Guarding a Tradition of Progress:
The Miners of Asturias

Cathi McGill gives historical context to the miners’ protests in 2012 and describes the threat to their livelihoods from globalisation and austerity measures


The opening words of a popular song from the 1960s reflect the near-mythical status achieved by the collective actions of the miners in Asturias, that small, poor and remote province in the north of Spain. The unity and determination of the people of the cuencas mineras – the mining valleys – were already well-known from their short-lived revolution in the run-up to the Spanish civil war.

In 1962-63, the miners inspired not only the song, but workers in other industries across Spain, who began to organise in ways that were punishable by prison under the Franco dictatorship. On both occasions, they used whatever methods were available to them, and they had the complete support of their towns and villages, where everyone depended on the mines for their livelihood.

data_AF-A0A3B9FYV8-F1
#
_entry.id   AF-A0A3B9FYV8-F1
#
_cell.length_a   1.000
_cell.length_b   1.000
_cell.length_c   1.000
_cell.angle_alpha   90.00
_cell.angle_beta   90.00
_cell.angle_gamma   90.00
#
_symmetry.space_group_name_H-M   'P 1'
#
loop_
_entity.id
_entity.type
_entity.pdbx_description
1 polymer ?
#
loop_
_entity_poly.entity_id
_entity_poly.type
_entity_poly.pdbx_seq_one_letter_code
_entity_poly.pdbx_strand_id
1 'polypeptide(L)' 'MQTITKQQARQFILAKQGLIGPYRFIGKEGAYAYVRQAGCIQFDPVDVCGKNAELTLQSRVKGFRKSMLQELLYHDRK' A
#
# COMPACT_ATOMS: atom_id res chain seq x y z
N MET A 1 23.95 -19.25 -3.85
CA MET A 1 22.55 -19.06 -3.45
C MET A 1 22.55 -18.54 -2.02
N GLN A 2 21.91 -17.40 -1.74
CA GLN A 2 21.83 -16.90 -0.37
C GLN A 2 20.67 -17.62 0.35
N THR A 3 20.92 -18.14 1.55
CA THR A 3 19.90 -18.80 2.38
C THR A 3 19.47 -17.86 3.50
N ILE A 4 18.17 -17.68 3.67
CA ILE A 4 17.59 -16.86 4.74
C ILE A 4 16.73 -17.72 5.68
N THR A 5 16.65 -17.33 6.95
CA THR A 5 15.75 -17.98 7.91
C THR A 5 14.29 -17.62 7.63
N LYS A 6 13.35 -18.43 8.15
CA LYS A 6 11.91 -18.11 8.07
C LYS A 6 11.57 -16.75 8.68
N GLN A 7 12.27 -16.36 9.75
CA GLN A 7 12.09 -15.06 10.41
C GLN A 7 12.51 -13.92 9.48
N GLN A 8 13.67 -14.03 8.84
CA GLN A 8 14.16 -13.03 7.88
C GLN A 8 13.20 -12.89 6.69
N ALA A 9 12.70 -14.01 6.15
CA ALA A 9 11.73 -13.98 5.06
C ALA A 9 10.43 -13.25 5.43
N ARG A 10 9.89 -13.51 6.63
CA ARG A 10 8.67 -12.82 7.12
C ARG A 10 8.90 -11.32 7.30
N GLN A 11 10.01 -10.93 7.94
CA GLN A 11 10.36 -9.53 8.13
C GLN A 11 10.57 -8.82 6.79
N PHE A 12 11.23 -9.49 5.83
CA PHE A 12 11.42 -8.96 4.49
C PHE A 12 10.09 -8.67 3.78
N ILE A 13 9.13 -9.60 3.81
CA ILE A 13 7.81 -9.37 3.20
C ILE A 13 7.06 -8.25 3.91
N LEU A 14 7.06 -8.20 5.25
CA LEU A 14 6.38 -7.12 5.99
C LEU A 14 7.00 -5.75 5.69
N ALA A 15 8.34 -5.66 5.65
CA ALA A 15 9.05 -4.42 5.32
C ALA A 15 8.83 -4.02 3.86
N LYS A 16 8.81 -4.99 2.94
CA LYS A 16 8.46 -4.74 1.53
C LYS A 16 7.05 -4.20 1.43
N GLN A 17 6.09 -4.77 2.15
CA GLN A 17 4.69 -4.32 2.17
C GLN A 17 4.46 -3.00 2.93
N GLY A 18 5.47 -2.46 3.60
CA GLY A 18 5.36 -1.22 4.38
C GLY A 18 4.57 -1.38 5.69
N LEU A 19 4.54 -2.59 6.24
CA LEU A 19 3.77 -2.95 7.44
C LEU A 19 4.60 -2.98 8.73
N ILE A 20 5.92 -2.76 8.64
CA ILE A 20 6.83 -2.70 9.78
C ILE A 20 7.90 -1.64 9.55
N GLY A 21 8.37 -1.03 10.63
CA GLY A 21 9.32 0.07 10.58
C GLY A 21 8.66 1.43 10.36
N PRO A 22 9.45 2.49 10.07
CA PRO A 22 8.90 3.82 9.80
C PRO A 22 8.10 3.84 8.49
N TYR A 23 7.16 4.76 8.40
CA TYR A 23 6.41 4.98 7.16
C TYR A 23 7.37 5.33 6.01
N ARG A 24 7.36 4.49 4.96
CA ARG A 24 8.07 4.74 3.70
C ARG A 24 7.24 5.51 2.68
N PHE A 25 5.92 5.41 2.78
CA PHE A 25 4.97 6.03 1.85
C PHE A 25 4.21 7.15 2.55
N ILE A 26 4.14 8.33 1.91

In Spring 2012 the miners of Asturias appeared for a third time, bursting on to TV screens around the world, masked and firing home-made rockets, setting alight barricades of tyres on motorways and marching to Madrid in protest. Eighty years ago the talk was of marching on Madrid – under arms. How did we get from there to here..?

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